I was in Kiev, Ukraine, last week to teach a two day workshop on planting design. Such an amazingly enthusiastic group, as was my group in Moscow last year. There is an incredible thirst for information and knowledge; everything gets written down, every slide photographed. I get the feeling that this is basically a strong gardening culture (see my post on Russian dacha gardens) and people are desperate to make the most of what is now on offer.
I insisted that we do some work with real plants. Going in the middle of the snowy winter is never my idea of the best time to visit anywhere, but there is still a lot you can learn from plants even when they are just sticks poking out of the pots. Victoria Manoylo, the organiser of the event managed to get together a very good selection of plants in 2litre pots for us to work with from a nursery. The students fell onto these plants with an eagerness I have never seen before. Usually people are quite cautious, with a few leading and others holding back. This lot were straight in there, picking up the pots, knocking plants out of them to look at the roots, and discussing eagerly. It was a teacher's joy to see!
Great to be in such an appropriate venue – the botanical gardens (one of two in Kiev). We even got a tour around the glasshouses, impressive as they were relatively new ones, compared to the semi-derelict condition of many post-Soviet botanical institutions. Before I left I had been told some horror stories of previous British people going out to teach courses and being stuck in an old sanitorium complex miles out of town in a snowy waste with terrible food (sounded like an educational gulag). My experience was so much better, and the food and hospitality fantastic!
People had come from all over – so quite a bit of a challenge trying to keep things relevant, as the country is big and sweeps from the forested hills of the Carpathian mountains in the west, with which I am actually a bit familiar, from holidays in eastern Slovakia and Romania to the steppe, around Kharkiv in the east, beyond which is the territory Vladimar Putin is trying to slice off. Rainfall drops as you go east.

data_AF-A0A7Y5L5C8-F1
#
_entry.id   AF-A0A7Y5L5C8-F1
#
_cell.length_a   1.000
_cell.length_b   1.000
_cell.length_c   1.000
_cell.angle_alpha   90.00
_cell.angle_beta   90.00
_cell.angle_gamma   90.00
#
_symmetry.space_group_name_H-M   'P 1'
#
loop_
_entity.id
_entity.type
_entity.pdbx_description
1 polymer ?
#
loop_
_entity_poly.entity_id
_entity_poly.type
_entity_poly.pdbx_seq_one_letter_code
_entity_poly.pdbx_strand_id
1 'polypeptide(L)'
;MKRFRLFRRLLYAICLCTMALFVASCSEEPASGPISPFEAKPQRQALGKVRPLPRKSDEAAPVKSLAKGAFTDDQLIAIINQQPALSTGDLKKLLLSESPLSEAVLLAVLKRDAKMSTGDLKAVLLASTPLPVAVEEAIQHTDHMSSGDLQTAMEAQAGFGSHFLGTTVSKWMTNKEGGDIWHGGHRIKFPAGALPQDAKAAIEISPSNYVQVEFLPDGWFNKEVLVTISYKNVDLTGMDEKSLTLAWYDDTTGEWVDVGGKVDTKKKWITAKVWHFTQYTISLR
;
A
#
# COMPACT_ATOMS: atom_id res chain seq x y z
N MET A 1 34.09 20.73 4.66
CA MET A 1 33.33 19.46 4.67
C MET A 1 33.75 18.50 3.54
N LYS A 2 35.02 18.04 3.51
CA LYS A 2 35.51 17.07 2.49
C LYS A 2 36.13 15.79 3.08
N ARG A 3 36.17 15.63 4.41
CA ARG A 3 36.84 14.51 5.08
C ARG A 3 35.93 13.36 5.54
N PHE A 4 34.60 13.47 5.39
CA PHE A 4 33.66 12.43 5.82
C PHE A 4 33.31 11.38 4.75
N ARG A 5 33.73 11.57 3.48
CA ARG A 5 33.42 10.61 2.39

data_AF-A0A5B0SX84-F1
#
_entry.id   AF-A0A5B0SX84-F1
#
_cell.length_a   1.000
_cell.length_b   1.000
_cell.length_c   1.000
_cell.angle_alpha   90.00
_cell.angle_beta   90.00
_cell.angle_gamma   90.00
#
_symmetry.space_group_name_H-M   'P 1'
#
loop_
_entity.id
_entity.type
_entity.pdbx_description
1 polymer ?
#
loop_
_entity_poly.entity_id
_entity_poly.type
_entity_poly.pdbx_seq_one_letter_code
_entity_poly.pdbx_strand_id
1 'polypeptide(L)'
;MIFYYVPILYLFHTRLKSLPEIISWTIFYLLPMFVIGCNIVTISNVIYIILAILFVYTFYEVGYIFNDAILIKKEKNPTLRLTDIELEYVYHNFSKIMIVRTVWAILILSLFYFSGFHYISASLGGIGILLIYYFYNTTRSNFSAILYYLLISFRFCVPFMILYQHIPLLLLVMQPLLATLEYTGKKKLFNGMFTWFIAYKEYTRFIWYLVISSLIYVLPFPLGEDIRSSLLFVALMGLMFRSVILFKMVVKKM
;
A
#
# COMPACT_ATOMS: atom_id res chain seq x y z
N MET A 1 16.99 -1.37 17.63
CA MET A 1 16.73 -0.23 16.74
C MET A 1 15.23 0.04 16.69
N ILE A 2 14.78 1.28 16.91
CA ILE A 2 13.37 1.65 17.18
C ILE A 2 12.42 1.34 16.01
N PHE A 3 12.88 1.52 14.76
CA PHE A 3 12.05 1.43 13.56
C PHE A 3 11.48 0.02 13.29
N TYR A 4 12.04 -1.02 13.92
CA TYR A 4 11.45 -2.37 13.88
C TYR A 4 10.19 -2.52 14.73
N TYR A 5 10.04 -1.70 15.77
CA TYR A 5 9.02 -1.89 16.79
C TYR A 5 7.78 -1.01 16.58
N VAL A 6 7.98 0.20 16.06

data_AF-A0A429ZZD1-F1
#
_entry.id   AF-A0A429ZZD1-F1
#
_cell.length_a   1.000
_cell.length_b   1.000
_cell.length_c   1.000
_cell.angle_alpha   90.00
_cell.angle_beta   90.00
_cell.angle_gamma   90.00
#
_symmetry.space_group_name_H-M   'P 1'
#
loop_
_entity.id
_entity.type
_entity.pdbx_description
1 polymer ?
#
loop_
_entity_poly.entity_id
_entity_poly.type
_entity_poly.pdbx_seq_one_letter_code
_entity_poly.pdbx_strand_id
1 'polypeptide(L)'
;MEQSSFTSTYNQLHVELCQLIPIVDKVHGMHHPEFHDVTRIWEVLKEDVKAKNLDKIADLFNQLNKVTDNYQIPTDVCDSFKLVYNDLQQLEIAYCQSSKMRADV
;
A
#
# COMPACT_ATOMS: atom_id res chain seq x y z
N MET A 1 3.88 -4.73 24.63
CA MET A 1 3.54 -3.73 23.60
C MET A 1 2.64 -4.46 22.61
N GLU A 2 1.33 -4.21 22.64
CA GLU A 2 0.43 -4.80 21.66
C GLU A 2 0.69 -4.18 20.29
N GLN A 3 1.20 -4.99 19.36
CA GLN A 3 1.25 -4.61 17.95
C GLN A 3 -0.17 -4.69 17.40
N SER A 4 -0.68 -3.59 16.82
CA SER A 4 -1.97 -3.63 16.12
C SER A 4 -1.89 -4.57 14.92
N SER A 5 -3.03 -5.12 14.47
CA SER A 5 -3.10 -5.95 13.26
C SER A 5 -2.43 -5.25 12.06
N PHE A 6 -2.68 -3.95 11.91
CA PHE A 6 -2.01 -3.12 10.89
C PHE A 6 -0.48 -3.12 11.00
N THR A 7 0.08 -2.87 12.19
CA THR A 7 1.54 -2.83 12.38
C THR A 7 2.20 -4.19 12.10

The conflict in the east inevitably hangs over several conversations. My conversation with Victoria in the ride from the shiny new airport soon turns to a conflict which is dividing nations who she said are “like brother and sister”. Others say how they have family in Russia, but feel afraid to go there now, while Russians don't feel comfortable visiting Ukraine any more. Its nothing about ethnicity. Everyone speaks a common language, or culture. It's political – Russia has always been divided between facing Europe and modernising or turning inward into a regressive 'Oriental despotism', and of course intimately linked to Putin's political machinations. Ukraine has always been more European in its identity – they had one of the world's first democratic constitutions back in the early 18th century, before being swallowed up by the Tsars. It is frightening to see how quickly close communities can be torn apart. Very frightening in the context of Scotland. Not that David Cameron is going to smuggle tanks over the border.
Visiting the Maidan, the site of the demonstrations back last winter was a very special and moving event. What was particularly strange was seeing the location of where there was a massacre of demonstrators by hidden snipers – just outside an upmarket shopping mall with a branch of Lagerfeld and Swarwovski. Almost surreal juxtaposition.
It does feel as if garden making and quality landscape design are part of the modernising project in this part of the world, and yet one which is also deeply culturally rooted. Not that landscape design under communism was necessarily bad, but it had little variety or quality, let along creativity - vast numbers of the same generalist species were used. A new era, with nurseries, some of them innovative in their plant range, and real creativity amongst the design profession, is all part of a new and more outward looking and more global culture. Perhaps this is part of the explanation of the incredible enthusiasm and commitment that Ukrainian and Russian garden people have.